So it does appear that with at least one very major manufacturer, you are effectively locked into that private-label provider unless you change both your hearing aids, even though you may only need one.
I hope you don't enjoy stress-free overseas travel!
As mentioned by Teddy-John in the comments below, traveling with private-label hearing aids overseas might be more complicated. This could particularly be true if one of your hearing aids is lost or damaged overseas, needing repair or replacement. Just this very morning we had someone contact us from Canada. They had traveled there to visit family for an extended period of time after purchasing a pair of Advance branded (private-label) hearing aids in Australia. They were however under the impression they were Unitron hearing aids. He had lost one and went to a local Canadian Audiologist to obtain a replacement aid, only to be told, they were unable to adjust or even source a replacement for him. The aid was also not compatible with their available Unitron hearing aids. So the client, who initially saved money on buying a private-label hearing aid, now faces the very real possibility of having to buy a brand new pair of real brand hearing aids or stay with only one ear working until he returns to Australia several months later. We tried to help by contacting Unitron Australia with the serial number. Only then did we figure out it was actually a private-label model; not a Unitron branded aid.
So if you do wish to go down this private-label route, make sure you only travel to places or countries where the white-label hearing aids can be repaired and/or replaced, or make extra sure you don't lose or damage them! Real-brand hearing aids are generally available globally and help is normally not far away. The same apparently cannot be said for all private-label hearing aids.
Private-label hearing aids may not be for sale as long as the branded models, making finding a replacement challenging
Just recently we had a client who was fitted (not by us) with a private-label hearing aid made by GN Resound. They had lost one of the pair of devices and only wanted to replace a single aid to match the one they had remaining. The private-label provider had apparently discontinued this model, despite it still being easily available for sale under the branded model. The client opted for the branded model as a replacement, rather than having to fork out for a brand-new pair of hearing aids. Unfortunately, the branded model is not fully compatible with the private-label model and now the client cannot sync the two hearing aids for volume control, audio streaming, and other binaural features. Brand name models are often sold for many years after they have been superseded in order to support clients in this exact situation. It appears from this case that the same might not apply to private-label hearing aids. This strategy may also benefit the private-label retailer as clients in this situation may be effectively "forced" to purchase two new hearing aids rather than simply replacing a single device at a lower cost.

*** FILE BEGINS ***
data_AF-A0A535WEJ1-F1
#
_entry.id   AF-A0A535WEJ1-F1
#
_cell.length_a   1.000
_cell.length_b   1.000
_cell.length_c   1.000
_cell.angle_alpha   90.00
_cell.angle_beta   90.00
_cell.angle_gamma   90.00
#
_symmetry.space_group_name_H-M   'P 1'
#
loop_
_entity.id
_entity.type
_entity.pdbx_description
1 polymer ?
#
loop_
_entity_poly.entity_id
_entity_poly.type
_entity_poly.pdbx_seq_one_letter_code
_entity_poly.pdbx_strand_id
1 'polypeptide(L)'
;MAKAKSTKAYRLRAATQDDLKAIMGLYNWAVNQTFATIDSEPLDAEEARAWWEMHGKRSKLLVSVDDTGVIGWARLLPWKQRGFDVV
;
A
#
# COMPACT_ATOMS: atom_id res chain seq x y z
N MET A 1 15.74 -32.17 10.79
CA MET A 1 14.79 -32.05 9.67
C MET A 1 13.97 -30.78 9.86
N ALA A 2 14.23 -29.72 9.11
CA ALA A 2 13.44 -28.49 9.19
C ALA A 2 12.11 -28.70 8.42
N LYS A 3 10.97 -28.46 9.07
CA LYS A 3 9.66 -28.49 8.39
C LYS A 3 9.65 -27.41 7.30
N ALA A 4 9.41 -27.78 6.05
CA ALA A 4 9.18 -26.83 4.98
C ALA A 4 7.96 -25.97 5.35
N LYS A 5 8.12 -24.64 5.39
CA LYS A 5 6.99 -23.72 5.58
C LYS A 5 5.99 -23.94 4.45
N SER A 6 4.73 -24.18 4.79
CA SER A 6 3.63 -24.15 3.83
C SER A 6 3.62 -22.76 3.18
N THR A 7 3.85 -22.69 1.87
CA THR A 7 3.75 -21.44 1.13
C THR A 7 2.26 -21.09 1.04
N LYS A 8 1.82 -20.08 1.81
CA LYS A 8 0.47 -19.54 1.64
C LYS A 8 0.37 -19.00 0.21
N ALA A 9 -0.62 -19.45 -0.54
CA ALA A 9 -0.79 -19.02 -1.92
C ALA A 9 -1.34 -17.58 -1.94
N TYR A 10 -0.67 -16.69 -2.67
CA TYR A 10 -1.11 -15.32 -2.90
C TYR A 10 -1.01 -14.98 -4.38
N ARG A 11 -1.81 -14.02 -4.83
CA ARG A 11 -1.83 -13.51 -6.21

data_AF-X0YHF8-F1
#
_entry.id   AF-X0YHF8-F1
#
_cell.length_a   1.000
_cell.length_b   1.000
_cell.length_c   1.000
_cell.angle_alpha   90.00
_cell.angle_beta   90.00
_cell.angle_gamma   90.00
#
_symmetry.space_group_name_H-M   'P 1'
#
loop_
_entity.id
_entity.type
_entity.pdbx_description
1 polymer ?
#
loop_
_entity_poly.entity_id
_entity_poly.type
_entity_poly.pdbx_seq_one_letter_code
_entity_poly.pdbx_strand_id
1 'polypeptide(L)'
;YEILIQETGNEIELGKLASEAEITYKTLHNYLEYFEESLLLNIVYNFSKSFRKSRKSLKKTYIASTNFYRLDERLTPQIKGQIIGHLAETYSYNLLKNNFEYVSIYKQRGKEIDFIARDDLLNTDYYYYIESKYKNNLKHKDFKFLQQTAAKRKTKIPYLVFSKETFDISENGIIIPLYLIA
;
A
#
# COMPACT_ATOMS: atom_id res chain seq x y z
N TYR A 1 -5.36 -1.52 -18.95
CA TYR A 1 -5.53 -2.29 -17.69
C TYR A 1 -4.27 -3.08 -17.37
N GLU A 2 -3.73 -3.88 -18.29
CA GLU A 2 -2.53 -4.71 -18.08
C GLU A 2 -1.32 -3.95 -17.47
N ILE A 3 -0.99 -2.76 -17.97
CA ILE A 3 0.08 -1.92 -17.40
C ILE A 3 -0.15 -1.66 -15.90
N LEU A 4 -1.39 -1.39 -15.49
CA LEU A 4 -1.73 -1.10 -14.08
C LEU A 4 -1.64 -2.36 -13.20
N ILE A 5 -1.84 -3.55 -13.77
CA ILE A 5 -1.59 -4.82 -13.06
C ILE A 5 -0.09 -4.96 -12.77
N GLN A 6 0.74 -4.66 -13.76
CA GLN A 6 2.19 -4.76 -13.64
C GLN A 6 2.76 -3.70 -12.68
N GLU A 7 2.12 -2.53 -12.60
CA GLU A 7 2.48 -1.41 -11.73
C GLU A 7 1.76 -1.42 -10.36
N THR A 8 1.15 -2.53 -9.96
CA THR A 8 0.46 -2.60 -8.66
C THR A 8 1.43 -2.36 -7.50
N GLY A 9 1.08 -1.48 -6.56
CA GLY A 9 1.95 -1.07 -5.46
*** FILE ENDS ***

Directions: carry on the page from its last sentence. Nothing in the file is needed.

Pros and cons of Private label hearing aids
Below, you'll find my take on the pros and cons of these non-OEM (Original equipment manufacturer) or private-label hearing aids:
|Benefits Private label retailer
|Increased difficulty for the consumer to shop around on price
|Pricing might appear more attractive than branded products
|Gives the retailer greater control over product pricing in the market
|Might make it more difficult for the user to switch providers
|Allows for strong branding, creating the impression that the retailer has unique hearing aids of their own
|Effectively reduces competition from smaller Australian-owned companies too small to use private-labels
|The retailer potentially enjoys larger margins by selling private-label hearing aids compared to branded hearing aids
You may find it difficult to obtain repair/replacement support if you travel overseas with private-label aids
Private-label hearing aids may have a shorter sales life, making replacing a single lost or damaged beyond-repair device difficult.
Please let me know if I have missed anything or if there are any points you don't agree with. I am more than happy to stand corrected.
Each consumer has the right to choose to work with whom they wish. I believe that choice should be a well-informed one and that is why I share my personal views and opinions on this and other topics.
I believe all providers, big and small have the client's best interest at heart, so I am not trying to dissuade you from exploring all your available options. I'd urge you to think carefully and ask LOTS of questions if offered a white-label product (hearing aid or anything else) from anywhere. If in doubt, I'd highly recommend you stick to the brand-name hearing aids from the likes of Phonak, Oticon, Widex, Unitron, Starkey, GN Resound, Bernafon, Signia for easy servicing and support, no matter where you find yourself in life.
Did you like the information presented here and want more like it?
The Hearing Aid Buyers Companion for the empowered Australian is for you. I wrote this book over a period of 7 years and with several revisions. It contains everything you need to know about hearing aids presented in a no-nonsense manner. Empower yourself by reading the guide and finding your ideal hearing solution like an expert, irrespective of where you end up purchasing from. The book is a real book and retails for up to $40 in some bookshops. You can however get the full edition in PDF format here for free. Simply complete the form below the image and click download and we'll email you a copy instantly.